The latest hot topic this past two weeks has been outdoor tuners and how well they operate, or don't operate - even their fail rates. Have something to add? Tune up to 7.155 MHz and chime in.

The door is open. Learn more. Gil, N2GG has found one of the best arrangements for using wires. Pretty simple, you just have to know a few tricks. Stop by, ask him. It's all about pushing out the most power with optimum efficiency. And then you ask,"What about the power limitations these things have?" And, so, it begins . . . .


MFJ Tuners

SGC appears to be the big contender and sensible because they are reliable. Then there is LDG with a 600 watt outdoor tuner and good old MFJ with their Legal Limit tuner that seems to be a little prissy when setting up with a short stem of coax and a 4:1 balun. We have already had a fail within the first 3 months of ownership in the group. It's back at MFJ getting repair (or replacement).

And, of course, we're talking automatic which turns the conversation to manual tuners and it went on to why some hams love AM and boat anchors. See what you're missing?

Our own Dave Phillips, KB7JS writes, "Before the birth of SGC, SEA, Stevens Engineering Associates, manufactured a line of HF radio equipment specialized for maritime use.  The brand is still in business but now owned by another company.  They were one of the first to produce a remote automatic antenna tuner that could be used with any HF transceiver as it  did not require channel/frequency data or other control signals from the transceiver, instead it automatically determined the transmit frequency and tuned the antenna load to provide a good match.  The first really successful model was the SEA 1612B."

Here is how the story goes, according to Dave who says, "I found a strange SG-230, at a flee market five years ago, my first encounter with the beast.  I still have it.  It is unlike any SG-230 anybody else has seen, housed in a aluminum enclosure, not water tight.  Of course, being flee market fare, the thing did not work, so I set about trying to repair it, and first task was to get schematics.  I talked myself silly with the "geniuses” at SGC Tech Support, who continued to tell me that I must be mistaken, or I had acquired a Chinese Knock-off, because the tuner did not match any of their model numbers or schematics.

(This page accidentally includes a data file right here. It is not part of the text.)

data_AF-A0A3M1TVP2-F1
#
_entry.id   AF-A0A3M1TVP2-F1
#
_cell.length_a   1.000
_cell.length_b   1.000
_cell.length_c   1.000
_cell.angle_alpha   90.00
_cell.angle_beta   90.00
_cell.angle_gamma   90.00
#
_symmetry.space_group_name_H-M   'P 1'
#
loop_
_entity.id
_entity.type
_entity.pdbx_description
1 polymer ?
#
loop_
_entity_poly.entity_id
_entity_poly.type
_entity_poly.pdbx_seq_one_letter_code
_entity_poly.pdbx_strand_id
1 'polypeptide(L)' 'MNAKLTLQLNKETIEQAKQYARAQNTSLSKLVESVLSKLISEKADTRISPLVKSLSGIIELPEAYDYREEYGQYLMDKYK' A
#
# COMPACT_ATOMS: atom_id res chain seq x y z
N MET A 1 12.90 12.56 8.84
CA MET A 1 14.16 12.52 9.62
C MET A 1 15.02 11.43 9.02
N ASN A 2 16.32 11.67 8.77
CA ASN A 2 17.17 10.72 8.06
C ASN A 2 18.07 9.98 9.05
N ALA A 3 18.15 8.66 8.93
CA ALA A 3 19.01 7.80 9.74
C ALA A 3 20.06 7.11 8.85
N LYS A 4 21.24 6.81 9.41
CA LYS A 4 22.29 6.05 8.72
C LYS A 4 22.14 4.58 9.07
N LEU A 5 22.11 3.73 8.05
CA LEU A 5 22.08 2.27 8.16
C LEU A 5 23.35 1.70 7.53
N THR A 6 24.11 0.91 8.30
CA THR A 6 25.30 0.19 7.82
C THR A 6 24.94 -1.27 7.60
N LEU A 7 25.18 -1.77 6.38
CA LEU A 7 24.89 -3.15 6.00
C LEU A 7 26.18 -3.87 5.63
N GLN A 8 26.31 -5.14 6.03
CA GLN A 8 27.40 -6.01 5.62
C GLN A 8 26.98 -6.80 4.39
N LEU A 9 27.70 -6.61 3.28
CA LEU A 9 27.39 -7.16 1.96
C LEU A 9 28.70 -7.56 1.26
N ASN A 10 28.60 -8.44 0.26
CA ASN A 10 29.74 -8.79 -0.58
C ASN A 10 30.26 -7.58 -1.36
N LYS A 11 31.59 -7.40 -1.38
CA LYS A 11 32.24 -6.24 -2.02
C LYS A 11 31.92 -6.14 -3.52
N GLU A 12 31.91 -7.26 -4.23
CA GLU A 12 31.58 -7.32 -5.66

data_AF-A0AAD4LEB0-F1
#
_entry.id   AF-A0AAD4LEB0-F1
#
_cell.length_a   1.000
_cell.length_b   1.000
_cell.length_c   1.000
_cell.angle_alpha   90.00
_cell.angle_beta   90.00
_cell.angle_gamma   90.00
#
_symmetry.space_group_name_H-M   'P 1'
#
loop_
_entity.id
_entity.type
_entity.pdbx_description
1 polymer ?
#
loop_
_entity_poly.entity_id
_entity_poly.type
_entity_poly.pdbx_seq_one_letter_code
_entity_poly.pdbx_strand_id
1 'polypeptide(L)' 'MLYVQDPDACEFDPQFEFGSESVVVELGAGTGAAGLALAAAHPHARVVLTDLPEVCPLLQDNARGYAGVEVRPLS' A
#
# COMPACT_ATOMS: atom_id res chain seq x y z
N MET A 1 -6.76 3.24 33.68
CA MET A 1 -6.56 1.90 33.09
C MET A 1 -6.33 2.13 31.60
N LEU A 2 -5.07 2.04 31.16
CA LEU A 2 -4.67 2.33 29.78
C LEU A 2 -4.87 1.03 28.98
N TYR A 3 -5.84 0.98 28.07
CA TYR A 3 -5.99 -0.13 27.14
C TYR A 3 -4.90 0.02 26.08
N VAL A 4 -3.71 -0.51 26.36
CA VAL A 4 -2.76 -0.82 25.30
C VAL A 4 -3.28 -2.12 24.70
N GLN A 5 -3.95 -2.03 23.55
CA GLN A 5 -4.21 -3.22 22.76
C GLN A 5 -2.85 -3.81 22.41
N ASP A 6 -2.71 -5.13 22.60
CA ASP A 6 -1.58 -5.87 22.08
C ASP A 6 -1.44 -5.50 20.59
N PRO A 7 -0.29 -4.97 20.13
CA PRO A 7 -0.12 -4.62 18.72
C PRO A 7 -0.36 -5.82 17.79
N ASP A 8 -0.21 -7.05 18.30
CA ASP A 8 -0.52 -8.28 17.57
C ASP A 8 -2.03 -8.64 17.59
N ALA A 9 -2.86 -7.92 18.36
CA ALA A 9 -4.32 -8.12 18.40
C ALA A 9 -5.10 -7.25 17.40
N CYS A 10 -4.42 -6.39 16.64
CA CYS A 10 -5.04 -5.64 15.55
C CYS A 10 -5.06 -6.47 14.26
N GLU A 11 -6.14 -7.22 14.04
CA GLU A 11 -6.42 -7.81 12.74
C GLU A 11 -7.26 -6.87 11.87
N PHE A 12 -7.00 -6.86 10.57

At some time, there was a loss of brotherly love amongst the SEA Associates, and an unknown number of them packed their bags and moved down the road a few miles to start their own company, named SGC.  They immediately began to produce their own HF auto-tuner to compete with SEA in the maritime market, but also had the audacity to market it to other HF users, HAM’s.  The retail price of their tuner was outrageous, in the high 3 digit range, but you know ham’s, they’ll buy anything when they read an Advertisement that says it can perform magic.  The rest is history, SGC sold a hell of a lot of their SG-230 tuners and it’s spin-offs."



Books in a pileup

The IF and the Band Scope
Courtesy from Dave's Junk Shop, KB7JS

The IF is simply the conversion frequency.  The input signal is mixed with another signal.  Mixing is simply a process where two different frequencies are passed through the same amplifier stage.  In most receivers, this actually happens two, three, even four time (double, triple, quad conversion). The output of each IF amplifier is a broadband signal that contains both input signals, as well as the sum and product of their frequencies.  It’s like making soup, mix two things together, and get four separate flavors.

After the amplifier, a filter selects the desired mix result, usually the product.  The idea is to obtain an output that always results in the same frequency to facilitate further filtering and processing of the input RF noise. 

This is where it gets a little confusing, but the reason for converting all frequencies into a single frequency is to simplify the remaining receiver circuits so they only have to be designed to interpret one frequency band out of the billions of possibilities. Keep in mind that the VFO on your radio only spans a certain segment of a band, typically 500 kHz,  so the output of the IF amp is usually passed through a 500 kHz filter, so that the output then contains all of the signals within +/- 250 kHz of the IF frequency. That is why your band scope driven from the IF signal can display all the signals within a certain range.  The HDSDR software needs to know what frequency band you are listening to, and then simply does the math to convert the display image of the IF frequency back to the actual signal frequency.  This is computer software massaging the data to make it human readable by interpreting the IF content.